JonThat’s depressing. Without getting too Black Mirror about it, that feels very close to “and then we can replace you with CGI if we want”. Although voice dubbing has always happened, right back to Jason and the Argonauts – there are tons of examples.

Peter I heard recently of an actor who was offered a contract that said she couldn’t play another Eastern European role for five years. She’s Polish. She turned down the contract.

Vivian Wow, I’ve never heard that before. That’s worrying.

Albert The people with the money have the power. And then people with clear and original talents, if they get seen or heard, can get power, as the people with money often don’t have the talent. It’s like life.

JonTV and film are one thing, but how about in theatre? I guess we’re in Tree territory here – we’re looking at the balance between producers and buildings (aka the money) and creatives. How can actors and writers be better protected? Should unions or agents be pushing for codes of conduct?

Vivian The Tree fiasco has been so interesting. I want to say something about it, but it’s all so confusing. I can’t pin down what and where it went so wrong, apart from how bad it is that they had to go public with it.

Peter Am I being stupid? What is Tree?

Albert I don’t know either. Another bloody acronym?

Annie I don’t know either!

JonPeter and Albert, Tree isn’t an acronym. It’s the Young Vic/Manchester International Festival co-production for which two writers are claiming their work has been appropriated. That’s one way to put it, anyway. As Vivian says, it’s pretty layered.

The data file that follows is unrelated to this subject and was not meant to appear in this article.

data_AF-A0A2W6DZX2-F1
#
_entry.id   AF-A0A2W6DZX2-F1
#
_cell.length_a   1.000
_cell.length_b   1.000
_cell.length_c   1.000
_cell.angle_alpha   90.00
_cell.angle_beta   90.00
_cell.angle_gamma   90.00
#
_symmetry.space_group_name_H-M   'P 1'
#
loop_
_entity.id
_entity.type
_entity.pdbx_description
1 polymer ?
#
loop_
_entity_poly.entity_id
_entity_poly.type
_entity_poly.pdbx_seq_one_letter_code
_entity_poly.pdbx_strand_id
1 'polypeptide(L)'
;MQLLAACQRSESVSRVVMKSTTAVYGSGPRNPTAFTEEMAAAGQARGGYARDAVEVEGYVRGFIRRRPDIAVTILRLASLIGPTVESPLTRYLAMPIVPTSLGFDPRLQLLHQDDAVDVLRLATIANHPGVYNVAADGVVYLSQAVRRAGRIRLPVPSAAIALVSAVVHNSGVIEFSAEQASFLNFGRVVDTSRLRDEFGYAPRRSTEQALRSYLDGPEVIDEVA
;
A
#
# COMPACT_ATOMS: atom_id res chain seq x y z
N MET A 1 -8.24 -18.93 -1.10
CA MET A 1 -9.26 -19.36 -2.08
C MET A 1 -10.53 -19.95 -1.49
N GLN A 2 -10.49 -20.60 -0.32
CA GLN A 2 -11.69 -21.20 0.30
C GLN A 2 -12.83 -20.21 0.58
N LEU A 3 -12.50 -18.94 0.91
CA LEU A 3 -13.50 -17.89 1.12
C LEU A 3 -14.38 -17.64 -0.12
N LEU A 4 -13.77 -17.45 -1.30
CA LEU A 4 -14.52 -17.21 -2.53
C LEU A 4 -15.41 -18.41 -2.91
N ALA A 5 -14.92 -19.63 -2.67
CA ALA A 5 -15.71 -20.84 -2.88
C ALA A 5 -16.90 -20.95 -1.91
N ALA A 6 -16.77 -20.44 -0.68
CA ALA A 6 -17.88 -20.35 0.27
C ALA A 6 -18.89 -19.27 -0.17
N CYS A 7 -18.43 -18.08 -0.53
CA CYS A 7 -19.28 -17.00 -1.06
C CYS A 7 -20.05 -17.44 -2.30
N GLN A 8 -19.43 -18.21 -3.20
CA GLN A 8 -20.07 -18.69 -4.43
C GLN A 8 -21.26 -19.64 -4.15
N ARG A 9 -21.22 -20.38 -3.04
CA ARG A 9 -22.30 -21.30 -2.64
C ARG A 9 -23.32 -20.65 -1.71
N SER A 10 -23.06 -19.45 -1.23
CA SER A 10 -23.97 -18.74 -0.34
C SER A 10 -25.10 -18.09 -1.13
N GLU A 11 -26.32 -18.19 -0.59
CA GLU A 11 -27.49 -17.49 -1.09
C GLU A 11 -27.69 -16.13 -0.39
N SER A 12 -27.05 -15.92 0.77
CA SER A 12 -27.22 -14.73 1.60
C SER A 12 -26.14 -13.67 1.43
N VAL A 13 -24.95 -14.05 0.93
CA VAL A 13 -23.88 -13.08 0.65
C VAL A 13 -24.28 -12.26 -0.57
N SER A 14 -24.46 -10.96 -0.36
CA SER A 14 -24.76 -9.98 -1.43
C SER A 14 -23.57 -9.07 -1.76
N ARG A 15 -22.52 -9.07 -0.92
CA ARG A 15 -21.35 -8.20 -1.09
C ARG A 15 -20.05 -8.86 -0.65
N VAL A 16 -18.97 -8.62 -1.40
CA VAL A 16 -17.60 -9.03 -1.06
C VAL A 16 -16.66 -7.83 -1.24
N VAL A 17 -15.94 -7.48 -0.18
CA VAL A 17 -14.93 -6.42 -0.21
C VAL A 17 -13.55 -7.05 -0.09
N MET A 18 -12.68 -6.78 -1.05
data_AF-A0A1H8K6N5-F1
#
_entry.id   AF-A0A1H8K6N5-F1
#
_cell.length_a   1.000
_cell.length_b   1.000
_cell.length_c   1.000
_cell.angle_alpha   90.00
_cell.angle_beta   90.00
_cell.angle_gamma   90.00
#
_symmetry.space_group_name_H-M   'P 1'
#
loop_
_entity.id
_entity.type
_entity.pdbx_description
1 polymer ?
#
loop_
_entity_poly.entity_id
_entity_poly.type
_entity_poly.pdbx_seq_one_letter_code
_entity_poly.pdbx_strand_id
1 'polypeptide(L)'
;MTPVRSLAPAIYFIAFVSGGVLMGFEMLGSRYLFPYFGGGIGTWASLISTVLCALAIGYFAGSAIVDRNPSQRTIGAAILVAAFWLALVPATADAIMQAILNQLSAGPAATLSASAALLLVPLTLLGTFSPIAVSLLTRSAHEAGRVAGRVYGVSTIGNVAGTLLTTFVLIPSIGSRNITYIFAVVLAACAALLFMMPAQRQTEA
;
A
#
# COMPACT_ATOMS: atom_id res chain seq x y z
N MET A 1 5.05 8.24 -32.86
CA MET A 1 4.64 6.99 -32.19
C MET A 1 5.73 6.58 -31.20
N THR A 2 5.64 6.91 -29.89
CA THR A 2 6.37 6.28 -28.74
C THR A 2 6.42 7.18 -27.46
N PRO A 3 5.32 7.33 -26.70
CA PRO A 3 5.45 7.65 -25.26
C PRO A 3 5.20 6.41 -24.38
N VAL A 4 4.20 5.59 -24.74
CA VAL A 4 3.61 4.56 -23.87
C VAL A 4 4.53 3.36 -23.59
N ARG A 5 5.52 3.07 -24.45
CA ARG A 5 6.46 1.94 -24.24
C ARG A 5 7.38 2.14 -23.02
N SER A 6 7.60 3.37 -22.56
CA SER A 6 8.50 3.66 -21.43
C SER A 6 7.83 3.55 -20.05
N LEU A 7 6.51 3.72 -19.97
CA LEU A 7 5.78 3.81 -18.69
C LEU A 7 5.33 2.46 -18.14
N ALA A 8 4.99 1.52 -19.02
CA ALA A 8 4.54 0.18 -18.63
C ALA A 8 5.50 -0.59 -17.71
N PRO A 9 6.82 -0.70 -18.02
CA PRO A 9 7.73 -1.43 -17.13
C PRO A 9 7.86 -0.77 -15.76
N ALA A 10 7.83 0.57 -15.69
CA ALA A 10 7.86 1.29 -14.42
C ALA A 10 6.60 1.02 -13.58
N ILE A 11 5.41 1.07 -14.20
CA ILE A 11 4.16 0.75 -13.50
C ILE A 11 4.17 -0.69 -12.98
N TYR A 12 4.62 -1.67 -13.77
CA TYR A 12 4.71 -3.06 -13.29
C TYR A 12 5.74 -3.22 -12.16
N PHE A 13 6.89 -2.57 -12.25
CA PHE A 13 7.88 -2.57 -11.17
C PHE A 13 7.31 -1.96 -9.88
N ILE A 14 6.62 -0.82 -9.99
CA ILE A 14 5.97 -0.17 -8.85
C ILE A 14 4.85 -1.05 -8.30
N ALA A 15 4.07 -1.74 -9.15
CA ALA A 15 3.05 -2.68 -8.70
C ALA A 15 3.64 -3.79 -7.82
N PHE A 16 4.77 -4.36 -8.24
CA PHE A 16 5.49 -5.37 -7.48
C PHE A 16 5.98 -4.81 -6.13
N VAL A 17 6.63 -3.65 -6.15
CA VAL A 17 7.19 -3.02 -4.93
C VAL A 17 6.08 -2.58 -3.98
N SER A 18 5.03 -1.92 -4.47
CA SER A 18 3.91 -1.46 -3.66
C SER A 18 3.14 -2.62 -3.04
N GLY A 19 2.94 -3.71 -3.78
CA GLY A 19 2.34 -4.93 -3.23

Authorship row erupts over Idris Elba and Kwame Kwei-Armah show

Albert Ah yes, the play that ran at this year’s MIF and is now at the Young Vic in London. Allegedly, Idris Elba and Kwame Kwei-Armah ditched the original writers, whose idea it was. It should be an acronym: Try Ringing Equity Everyday.

Peter Talking of codes of conduct, Equity produced a casting manifesto in consultation with casting directors and agents. The casting directors signed up, but it’s still hard work getting them to stick to it.

Vivian There is a culture of safeguarding, rather than nurturing, in the production houses and among power holders, perhaps. The Tree thing could have been so easily rectified if the focus was on collaboration and communication.

Beryl In the age of social media, imbalances of power seem easier to expose, so at least the conversations are happening. But I don’t know how far up the ‘chain of power’ it will reach.


Jon Dryden Taylor is an actor, writer and editor of The Green Room. If you work in theatre and would like to join in the conversation, email greenroom@thestage.co.uk

Idris Elba: Accusations against me in Tree authorship row are offensive and troubling

We need your help…

When you subscribe to The Stage, you’re investing in our journalism. And our journalism is invested in supporting theatre and the performing arts.

The Stage is a family business, operated by the same family since we were founded in 1880. We do not receive government funding. We are not owned by a large corporation. Our editorial is not dictated by ticket sales.

We are fully independent, but this means we rely on revenue from readers to survive.

Help us continue to report on great work across the UK, champion new talent and keep up our investigative journalism that holds the powerful to account. Your subscription helps ensure our journalism can continue.

loading...
^